Christianity / Ethics / Faith / Politics / Religion / Thoughts

You break, you buy; and not with lives. My thoughts on Ebola, ISIS, and Police Brutality.

He’s a Christian soldier. Outside of my least favorite children’s song, that is (at least to me) a ridiculous oxymoron. His life choice is to defend the interests of a country that is not even our own. He told me that I wouldn’t be speaking English right now if he didn’t do what he does. If we didn’t go to war. But I tell him that what language I speak matters little next to my relationship with God. And I think, you’re not my hero. You, who left your pregnant wife alone to give birth while you ship out to a war you signed up willing to fight, are not my hero.

In the wake of all our tragedies and terrors of late, American people are asking how do we best handle these crazy situations. Ebola, ISIS, police brutality. We seem to be a society without the ability to respond to situations with compassion and without violence. I can’t tell you how many posts I’ve read rebuking the government for considering sending our soldiers to help deal with Ebola. Why are they so offended? Because we would be risking these soldiers lives. Isn’t that what they signed up for? To risk their lives. Yes, they say, but to risk their lives for us, for the United States citizens. God forbid they risk their lives to help someone else. God forbid they save lives rather than taking them. But no, I’m the crazy one because I say that violence is sin. When I say that I would have killed Hitler, you insist we are saying the same thing. No, I am telling you that it would be wrong, but I would do it. You are saying that it’s right, that’s why you do it.

I’ve seen the American people mature right before my eyes these past few weeks. The motivation I thought was long gone has been brought to the surface after these police shootings and the refusal to hold the shooters accountable. The people have risen up and called it unacceptable. But this corruption is still embedded in our culture from top to bottom and evidenced in our reaction to ISIS. We have a hero complex. Yes, we rise against the police brutality. No, not everyone is on board. Many defend the police calling it ‘the hard job’ that someone’s got to do. The very same thing we say about ISIS. We are willing to call out the issues when they manifest on the very bottom, but we still look at it as heroism at the top. It’s our whole culture. Why do you think the police chase down the purse thief and let slide the white collar thieves who steal lives and livelihoods? We admire those who can get away with more. And the US military gets away with the most. We can train a terror cell who turns on US and call ourselves heroes for hunting them down. And when we create another terrorist cell by hunting down our trained and armed ex-patriots, we call ourselves heroes and demand respect. Do our people rise against this evil? Nope. The massive amount of lives lost don’t matter so much to those of us who fill the streets to protest the death of three. We recognize a trend in the murder of three men of the same color, but don’t have the knowledge, or maybe it’s drive to stand against the murder (yes, murder) of hundreds of thousands. Why?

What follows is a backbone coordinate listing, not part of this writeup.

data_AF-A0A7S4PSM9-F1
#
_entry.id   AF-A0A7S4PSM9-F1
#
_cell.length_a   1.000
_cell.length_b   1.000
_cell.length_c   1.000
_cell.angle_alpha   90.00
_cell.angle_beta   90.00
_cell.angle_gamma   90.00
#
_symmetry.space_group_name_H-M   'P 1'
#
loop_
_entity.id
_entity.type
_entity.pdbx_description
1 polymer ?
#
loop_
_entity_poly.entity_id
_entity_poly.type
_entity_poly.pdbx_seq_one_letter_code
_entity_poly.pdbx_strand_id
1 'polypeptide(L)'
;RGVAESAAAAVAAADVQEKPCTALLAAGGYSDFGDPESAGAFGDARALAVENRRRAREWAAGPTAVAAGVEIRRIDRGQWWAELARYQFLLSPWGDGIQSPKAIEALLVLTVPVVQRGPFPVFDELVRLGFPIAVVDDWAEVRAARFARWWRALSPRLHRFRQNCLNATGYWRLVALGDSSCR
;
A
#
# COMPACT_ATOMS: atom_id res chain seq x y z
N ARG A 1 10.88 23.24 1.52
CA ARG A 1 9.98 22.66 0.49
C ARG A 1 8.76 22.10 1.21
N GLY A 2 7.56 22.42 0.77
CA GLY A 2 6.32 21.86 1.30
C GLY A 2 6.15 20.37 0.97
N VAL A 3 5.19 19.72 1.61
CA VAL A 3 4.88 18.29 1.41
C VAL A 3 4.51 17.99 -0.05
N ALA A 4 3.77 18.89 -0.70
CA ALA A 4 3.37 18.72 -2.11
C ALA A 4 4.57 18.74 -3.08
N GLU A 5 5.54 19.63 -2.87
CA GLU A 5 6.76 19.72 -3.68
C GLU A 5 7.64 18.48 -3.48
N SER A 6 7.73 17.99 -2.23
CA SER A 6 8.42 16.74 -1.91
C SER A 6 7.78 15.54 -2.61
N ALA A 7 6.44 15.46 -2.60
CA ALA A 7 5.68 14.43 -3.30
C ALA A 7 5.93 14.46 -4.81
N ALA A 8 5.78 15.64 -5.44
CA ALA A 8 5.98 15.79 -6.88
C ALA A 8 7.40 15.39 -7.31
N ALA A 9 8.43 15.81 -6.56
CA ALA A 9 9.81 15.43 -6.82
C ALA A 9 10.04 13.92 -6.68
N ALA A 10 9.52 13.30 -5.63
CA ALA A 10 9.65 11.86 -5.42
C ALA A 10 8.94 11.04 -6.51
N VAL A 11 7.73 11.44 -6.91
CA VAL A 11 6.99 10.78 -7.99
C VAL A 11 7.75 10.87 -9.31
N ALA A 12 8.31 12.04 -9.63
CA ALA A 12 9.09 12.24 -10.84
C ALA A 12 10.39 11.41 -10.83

As her fingers close around my neck, my training kicks in. Yes, she is twice my size, ok maybe more. Yes, she could kill me. But I am trained to deal with this. As my head slams into the wall twice, I slip my thumbs under her grasping hands push up hard and bend my knees. This releases her grasp on my throat. I, then use the voice I was trained to use to issue a command to sit. Before I lose it, I call someone over to supervise her while I survey the damage done. You know what’s funny? I never once thought…’I should shoot her. That would stop this from happening.’ And that doesn’t make me a hero! I promise you, that is the very least I could do.

I am a Christian pacifist. I believe that if we desire to be like Christ; we will follow His words, His example above all else. And when we don’t live up to His words we will consider it a failure, not a victory. I’m not a political theorist. I’m no politician. I never would make a good one, because I’m not afforded the luxury of a clean conscience when I am responsible for innocent deaths, for insisting that America’s will is God’s as well, and because I am told to lay my life down for my enemies. But mostly because I have an imagination that allows me to see other possible solutions. I can imagine us sponsoring education, rebuilding what we’ve broken and not demanding that it’s heroic to do so, I can imagine shutting down the streets all over the world until what’s Right is done. I can imagine those everyday heroic acts that we’ve seen under the I can’t breathe hashtag making a difference. And those are everyday heroic, not even praise them in the streets heroic. Simple everyday heroes who do what’s right before what’s practical, easy, or urgent.

2 thoughts on “You break, you buy; and not with lives. My thoughts on Ebola, ISIS, and Police Brutality.

  1. I do not whether I agree with every word here, nor do I know I know if I disagree with any word here. For me the listening is more important sometimes than the verdict. And what I do know is that your words have power, are courageous and have a space in this place of “poles apart” rhetoric flying around the virtual world.

    Thank you.


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